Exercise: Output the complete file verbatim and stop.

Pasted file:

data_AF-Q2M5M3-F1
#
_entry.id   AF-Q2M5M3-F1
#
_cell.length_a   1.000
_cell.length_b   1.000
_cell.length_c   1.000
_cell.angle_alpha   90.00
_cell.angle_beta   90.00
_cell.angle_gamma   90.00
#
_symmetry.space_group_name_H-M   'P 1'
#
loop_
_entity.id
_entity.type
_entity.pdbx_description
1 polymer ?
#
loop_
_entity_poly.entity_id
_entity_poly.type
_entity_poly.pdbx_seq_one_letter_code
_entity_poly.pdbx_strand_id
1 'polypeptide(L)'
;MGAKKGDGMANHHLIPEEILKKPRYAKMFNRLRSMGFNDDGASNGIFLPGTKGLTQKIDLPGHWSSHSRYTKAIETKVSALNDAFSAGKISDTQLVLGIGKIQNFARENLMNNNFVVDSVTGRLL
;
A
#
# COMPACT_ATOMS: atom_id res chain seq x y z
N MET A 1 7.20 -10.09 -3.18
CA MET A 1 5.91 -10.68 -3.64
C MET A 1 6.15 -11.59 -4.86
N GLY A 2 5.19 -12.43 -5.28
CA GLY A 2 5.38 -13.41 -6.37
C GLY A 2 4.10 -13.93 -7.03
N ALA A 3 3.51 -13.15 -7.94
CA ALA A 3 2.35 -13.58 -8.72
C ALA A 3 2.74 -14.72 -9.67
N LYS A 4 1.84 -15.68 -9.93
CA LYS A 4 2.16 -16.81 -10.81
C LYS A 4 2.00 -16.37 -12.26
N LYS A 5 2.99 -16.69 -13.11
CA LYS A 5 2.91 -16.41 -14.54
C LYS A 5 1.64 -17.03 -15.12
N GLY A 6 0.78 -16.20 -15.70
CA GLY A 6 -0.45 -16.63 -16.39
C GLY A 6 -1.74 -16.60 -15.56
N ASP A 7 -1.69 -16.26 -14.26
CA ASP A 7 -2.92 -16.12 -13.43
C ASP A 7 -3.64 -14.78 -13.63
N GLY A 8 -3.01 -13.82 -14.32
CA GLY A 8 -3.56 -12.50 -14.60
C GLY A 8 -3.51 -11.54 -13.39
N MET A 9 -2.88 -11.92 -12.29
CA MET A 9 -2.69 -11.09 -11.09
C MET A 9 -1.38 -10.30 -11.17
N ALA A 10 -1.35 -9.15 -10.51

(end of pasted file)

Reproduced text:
data_AF-Q2M5M3-F1
#
_entry.id   AF-Q2M5M3-F1
#
_cell.length_a   1.000
_cell.length_b   1.000
_cell.length_c   1.000
_cell.angle_alpha   90.00
_cell.angle_beta   90.00
_cell.angle_gamma   90.00
#
_symmetry.space_group_name_H-M   'P 1'
#
loop_
_entity.id
_entity.type
_entity.pdbx_description
1 polymer ?
#
loop_
_entity_poly.entity_id
_entity_poly.type
_entity_poly.pdbx_seq_one_letter_code
_entity_poly.pdbx_strand_id
1 'polypeptide(L)'
;MGAKKGDGMANHHLIPEEILKKPRYAKMFNRLRSMGFNDDGASNGIFLPGTKGLTQKIDLPGHWSSHSRYTKAIETKVSALNDAFSAGKISDTQLVLGIGKIQNFARENLMNNNFVVDSVTGRLL
;
A
#
# COMPACT_ATOMS: atom_id res chain seq x y z
N MET A 1 7.20 -10.09 -3.18
CA MET A 1 5.91 -10.68 -3.64
C MET A 1 6.15 -11.59 -4.86
N GLY A 2 5.19 -12.43 -5.28
CA GLY A 2 5.38 -13.41 -6.37
C GLY A 2 4.10 -13.93 -7.03
N ALA A 3 3.51 -13.15 -7.94
CA ALA A 3 2.35 -13.58 -8.72
C ALA A 3 2.74 -14.72 -9.67
N LYS A 4 1.84 -15.68 -9.93
CA LYS A 4 2.16 -16.81 -10.81
C LYS A 4 2.00 -16.37 -12.26
N LYS A 5 2.99 -16.69 -13.11
CA LYS A 5 2.91 -16.41 -14.54
C LYS A 5 1.64 -17.03 -15.12
N GLY A 6 0.78 -16.20 -15.70
CA GLY A 6 -0.45 -16.63 -16.39
C GLY A 6 -1.74 -16.60 -15.56
N ASP A 7 -1.69 -16.26 -14.26
CA ASP A 7 -2.92 -16.12 -13.43
C ASP A 7 -3.64 -14.78 -13.63
N GLY A 8 -3.01 -13.82 -14.32
CA GLY A 8 -3.56 -12.50 -14.60
C GLY A 8 -3.51 -11.54 -13.39
N MET A 9 -2.88 -11.92 -12.29
CA MET A 9 -2.69 -11.09 -11.09
C MET A 9 -1.38 -10.30 -11.17
N ALA A 10 -1.35 -9.15 -10.51